Changes to safe sex resources in residence halls

Ellie Detert, Contributing Reporter

Upon the return to campus in August 2020, President Mike Fitts announced changes to student life to prevent the spread of COVID-19, including frequent testing and student restrictions in residence halls. These protocols have changed the interaction of students, staff and organizations on campus both in the dorms and around campus. An unforeseen repercussion of these changes has been that Tulane students no longer have access to safe sex resources where they live on campus. 

The Well for Health Promotion works on campus to provide students with the resources to make smart, healthy decisions regarding their health and personal goals. They focus on a wide variety of positive and holistic wellness areas, one of which is sexual health. In the past, this has meant distributing condoms into on-campus housing to provide students with the means to have safe, protected sex. Amidst the COVID-19 pandemic, however, their capabilities have shifted. 

One of the main changes to student life this year has been the restriction of bringing guests into on-campus dorms. 

Harrison Thorn

This has been done to minimize possible transmission of COVID-19. Unfortunately, it means that staff from The Well for Health Promotion and the TUPHE program are not allowed in the residence halls this year,” Alicia K. Czachowski, Director of Public Health Initiatives and Assessment, said. 

In past years, the Well would frequently restock boxes around the dorms to ensure students could practice safe sex, should they realize they didn’t have their own supplies. The Tulane University Peer Health Educators would restock several times each month, as supplies would dwindle quickly. Now that the Well is no longer restocking the boxes, some students are facing choices about whether to use protection or not. 

“I definitely think people would use condoms in my dorm, as there are people who have sex in every year at Tulane,” Arielle Morris, currently a sophomore living in Décou-Labat Residences, said. “Also, many students don’t have cars to go to a store and buy condoms or don’t want their Amazon order history to show ‘condoms,’ so students would be more inclined to use the condoms available in the dorms if that’s the only choice of birth control available to them.”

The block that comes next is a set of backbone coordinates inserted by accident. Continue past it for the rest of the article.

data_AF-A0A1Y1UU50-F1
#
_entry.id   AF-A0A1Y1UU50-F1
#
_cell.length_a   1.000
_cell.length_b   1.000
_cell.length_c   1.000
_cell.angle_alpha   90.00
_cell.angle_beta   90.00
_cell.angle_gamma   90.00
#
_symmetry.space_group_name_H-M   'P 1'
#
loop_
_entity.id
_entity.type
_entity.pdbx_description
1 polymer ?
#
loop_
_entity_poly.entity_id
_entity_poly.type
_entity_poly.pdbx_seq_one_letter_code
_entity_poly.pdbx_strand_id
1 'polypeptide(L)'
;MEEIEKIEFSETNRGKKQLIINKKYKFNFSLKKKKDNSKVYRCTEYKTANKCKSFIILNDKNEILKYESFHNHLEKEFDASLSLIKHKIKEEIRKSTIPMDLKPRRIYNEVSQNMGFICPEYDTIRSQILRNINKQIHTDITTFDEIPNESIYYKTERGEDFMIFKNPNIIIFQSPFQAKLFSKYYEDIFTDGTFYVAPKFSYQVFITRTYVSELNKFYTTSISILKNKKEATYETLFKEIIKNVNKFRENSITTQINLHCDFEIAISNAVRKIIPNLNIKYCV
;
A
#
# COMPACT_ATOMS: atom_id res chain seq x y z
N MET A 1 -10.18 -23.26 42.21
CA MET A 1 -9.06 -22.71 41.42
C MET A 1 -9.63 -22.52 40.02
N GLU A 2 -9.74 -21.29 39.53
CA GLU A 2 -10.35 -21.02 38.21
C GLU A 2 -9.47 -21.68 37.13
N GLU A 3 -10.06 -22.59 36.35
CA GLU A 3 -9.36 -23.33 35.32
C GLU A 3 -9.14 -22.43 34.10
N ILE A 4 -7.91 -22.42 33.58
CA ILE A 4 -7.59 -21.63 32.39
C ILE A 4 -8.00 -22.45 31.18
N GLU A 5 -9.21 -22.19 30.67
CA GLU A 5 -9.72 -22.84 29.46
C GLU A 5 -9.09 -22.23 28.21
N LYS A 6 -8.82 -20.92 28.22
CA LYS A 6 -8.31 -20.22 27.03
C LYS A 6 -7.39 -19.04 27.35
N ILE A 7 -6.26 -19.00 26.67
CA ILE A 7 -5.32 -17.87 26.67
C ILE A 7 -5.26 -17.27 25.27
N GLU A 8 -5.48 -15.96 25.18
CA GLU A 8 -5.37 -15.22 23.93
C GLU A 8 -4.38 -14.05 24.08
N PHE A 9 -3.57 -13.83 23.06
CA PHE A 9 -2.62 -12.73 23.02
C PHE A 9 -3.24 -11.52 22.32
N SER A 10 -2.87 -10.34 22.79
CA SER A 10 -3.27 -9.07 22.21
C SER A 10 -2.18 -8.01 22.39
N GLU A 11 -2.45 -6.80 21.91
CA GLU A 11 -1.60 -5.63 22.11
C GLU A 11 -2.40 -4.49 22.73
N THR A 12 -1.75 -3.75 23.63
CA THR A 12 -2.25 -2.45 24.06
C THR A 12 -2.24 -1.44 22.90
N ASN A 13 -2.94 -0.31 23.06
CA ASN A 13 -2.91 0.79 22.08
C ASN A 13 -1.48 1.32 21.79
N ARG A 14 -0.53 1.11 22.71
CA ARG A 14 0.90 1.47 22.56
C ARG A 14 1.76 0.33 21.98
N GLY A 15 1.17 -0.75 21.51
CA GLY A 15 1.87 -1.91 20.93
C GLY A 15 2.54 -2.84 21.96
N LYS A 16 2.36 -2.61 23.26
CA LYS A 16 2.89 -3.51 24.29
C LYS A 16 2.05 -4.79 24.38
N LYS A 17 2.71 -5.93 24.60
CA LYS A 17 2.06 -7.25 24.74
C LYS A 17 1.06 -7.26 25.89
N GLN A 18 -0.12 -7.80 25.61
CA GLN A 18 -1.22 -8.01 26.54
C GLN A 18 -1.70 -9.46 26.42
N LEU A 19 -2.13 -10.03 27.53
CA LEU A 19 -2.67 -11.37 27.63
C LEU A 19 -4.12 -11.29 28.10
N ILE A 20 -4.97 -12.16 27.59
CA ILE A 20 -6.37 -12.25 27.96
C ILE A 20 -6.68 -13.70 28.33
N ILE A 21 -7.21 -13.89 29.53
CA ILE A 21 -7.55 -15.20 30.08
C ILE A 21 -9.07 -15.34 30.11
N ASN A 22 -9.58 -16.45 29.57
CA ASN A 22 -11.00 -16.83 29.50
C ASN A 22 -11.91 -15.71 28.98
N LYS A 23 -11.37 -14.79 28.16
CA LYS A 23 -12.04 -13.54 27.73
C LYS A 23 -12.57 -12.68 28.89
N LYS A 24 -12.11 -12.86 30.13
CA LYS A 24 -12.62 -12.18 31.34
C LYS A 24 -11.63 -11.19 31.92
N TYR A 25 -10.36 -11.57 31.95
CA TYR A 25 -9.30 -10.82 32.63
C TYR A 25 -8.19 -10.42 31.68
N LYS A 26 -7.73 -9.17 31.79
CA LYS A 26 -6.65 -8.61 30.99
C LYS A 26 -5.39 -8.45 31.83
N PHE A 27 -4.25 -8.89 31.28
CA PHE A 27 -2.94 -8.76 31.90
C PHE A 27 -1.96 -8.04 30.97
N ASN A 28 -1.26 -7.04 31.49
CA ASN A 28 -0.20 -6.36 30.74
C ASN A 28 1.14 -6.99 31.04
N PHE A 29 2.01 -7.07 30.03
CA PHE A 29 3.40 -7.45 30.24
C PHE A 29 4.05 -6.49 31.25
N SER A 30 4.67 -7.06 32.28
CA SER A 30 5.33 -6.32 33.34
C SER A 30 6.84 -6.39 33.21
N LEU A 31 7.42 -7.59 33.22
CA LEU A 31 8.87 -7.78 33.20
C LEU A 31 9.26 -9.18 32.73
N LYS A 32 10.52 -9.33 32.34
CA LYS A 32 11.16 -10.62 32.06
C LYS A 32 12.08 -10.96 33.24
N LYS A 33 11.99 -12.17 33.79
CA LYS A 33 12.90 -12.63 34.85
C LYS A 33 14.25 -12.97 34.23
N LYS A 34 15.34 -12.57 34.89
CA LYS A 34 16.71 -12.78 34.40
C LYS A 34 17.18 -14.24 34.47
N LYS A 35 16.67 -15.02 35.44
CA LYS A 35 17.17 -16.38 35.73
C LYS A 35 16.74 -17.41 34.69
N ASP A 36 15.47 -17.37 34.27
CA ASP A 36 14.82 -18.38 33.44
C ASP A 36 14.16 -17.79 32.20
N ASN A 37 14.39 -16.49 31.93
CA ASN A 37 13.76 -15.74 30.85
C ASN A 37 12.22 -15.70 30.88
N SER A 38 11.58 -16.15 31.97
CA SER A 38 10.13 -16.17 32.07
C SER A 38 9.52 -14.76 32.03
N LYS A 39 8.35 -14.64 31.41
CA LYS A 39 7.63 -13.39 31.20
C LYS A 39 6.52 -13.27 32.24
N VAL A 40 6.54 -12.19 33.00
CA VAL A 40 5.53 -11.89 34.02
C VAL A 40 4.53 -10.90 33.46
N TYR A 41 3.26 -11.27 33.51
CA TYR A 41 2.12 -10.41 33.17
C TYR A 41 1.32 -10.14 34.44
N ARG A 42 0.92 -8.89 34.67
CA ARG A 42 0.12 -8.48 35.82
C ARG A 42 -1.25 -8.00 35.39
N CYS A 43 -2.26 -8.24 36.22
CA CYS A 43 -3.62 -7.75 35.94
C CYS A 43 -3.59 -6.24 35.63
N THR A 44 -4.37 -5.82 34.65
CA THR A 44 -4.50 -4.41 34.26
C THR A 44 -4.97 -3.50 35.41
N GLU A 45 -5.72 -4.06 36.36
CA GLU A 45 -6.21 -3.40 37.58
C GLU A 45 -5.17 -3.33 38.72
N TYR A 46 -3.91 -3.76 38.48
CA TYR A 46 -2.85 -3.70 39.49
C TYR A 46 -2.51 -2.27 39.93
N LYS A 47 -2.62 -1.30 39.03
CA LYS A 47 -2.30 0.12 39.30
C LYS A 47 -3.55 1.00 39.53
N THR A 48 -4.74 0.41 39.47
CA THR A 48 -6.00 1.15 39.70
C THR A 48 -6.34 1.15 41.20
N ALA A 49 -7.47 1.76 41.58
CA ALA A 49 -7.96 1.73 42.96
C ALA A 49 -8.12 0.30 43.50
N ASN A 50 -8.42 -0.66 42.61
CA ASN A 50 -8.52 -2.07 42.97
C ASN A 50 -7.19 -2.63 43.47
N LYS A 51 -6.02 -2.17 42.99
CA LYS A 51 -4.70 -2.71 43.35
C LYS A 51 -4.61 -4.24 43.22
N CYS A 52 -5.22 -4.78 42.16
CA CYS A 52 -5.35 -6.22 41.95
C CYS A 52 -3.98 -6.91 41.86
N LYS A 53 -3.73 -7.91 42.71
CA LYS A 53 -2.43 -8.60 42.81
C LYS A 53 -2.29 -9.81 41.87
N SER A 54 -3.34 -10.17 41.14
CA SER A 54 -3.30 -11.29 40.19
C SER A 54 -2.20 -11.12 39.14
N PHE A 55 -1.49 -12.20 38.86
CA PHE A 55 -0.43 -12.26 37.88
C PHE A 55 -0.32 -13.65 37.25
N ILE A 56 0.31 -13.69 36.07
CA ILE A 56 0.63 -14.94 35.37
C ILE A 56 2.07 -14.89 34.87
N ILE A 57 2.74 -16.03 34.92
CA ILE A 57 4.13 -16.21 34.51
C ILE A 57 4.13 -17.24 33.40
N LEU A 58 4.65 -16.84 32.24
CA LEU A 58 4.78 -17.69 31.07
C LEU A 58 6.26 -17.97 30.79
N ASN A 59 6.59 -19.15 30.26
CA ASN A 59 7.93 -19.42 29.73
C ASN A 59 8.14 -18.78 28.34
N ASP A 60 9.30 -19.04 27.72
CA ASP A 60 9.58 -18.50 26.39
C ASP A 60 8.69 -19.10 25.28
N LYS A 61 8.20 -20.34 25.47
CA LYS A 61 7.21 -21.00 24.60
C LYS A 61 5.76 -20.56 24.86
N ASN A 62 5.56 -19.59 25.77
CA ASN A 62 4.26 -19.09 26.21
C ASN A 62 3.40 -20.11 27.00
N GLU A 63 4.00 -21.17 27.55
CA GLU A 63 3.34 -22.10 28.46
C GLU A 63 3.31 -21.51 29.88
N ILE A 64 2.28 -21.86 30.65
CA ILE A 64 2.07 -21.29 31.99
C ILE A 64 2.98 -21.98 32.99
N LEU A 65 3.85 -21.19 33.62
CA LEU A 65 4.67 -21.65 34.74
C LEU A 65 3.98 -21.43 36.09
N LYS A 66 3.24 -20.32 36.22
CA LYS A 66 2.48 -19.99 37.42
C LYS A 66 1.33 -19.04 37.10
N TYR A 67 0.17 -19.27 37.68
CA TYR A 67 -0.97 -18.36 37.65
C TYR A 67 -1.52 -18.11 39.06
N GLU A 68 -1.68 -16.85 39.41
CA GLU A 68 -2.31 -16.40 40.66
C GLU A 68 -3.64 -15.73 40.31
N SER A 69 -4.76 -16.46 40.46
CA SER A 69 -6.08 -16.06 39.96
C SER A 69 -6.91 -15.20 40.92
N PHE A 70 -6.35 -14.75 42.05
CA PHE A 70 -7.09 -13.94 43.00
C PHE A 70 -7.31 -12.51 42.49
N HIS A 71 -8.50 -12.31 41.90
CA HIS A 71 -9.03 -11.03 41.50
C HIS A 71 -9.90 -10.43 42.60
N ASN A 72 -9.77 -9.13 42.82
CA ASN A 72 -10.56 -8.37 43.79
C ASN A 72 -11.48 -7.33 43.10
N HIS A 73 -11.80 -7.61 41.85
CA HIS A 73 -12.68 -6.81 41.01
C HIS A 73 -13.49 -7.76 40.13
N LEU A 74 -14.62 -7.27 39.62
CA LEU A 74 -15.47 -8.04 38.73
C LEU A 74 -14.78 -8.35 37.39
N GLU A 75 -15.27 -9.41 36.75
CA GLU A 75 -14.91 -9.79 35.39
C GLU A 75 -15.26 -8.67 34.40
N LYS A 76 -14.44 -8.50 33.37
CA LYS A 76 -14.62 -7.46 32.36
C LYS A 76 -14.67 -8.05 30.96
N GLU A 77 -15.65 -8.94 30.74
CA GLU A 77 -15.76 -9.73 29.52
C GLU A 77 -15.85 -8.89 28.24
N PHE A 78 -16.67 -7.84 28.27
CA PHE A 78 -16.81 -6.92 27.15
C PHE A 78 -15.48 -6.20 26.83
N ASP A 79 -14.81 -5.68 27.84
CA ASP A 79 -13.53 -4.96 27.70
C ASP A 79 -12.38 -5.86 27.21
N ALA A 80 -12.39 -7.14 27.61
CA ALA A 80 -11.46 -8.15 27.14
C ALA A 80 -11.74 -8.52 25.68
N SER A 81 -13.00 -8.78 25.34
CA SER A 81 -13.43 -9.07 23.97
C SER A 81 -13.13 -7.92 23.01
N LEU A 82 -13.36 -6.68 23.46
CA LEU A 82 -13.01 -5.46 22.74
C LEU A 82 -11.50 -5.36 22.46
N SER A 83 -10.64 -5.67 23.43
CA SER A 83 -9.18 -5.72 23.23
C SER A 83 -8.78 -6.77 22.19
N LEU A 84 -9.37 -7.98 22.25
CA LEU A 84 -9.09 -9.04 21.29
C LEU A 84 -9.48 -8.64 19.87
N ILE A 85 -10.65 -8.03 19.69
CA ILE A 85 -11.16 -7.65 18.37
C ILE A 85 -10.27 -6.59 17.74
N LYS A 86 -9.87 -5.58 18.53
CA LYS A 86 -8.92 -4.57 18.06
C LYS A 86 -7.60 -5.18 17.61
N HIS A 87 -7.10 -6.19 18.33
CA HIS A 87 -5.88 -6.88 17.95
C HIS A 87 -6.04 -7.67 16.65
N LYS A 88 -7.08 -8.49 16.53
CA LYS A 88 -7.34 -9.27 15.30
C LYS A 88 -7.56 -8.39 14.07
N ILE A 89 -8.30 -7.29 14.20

Genevieve Corkery, a junior Residence Advisor living in Wall, emphasized that many students likely won’t practice safe sex if they have to go out of their way to do so. 

Because this resource has been removed, some students might not get the supplies/resources they need because they are reluctant to ask,” Corkery said. “This is yet another hoop for residents to jump through, and many probably will not.” 

Despite the Well advocating for positive, safe practices, these changes are creating more barriers to healthy living in dorms. 

In their published guide to “Safer Sex and COVID-19 at Tulane,” the Well acknowledges the risks of having unprotected sex, aside from the risks of transmitting coronavirus. 

“What we do know is that COVID-19 is especially dangerous in bodies that are fighting other infections and diseases. Keeping your body healthy by doing everything to avoid being infected with an STI or HIV can help protect you from a bad COVID-19 infection.” the Well wrote in their guide.

While safer sex supplies may not be available in common room areas this year, TUPHE’s are still working to provide free resources around campus. RA’s on campus can also supply safer sex materials, via request to their Resident Directors and to their dorms. Some other locations to find free supplies include the Lavin-Bernick Center, Reily Center bathrooms and the Student Health Center. For more details on these locations, visit

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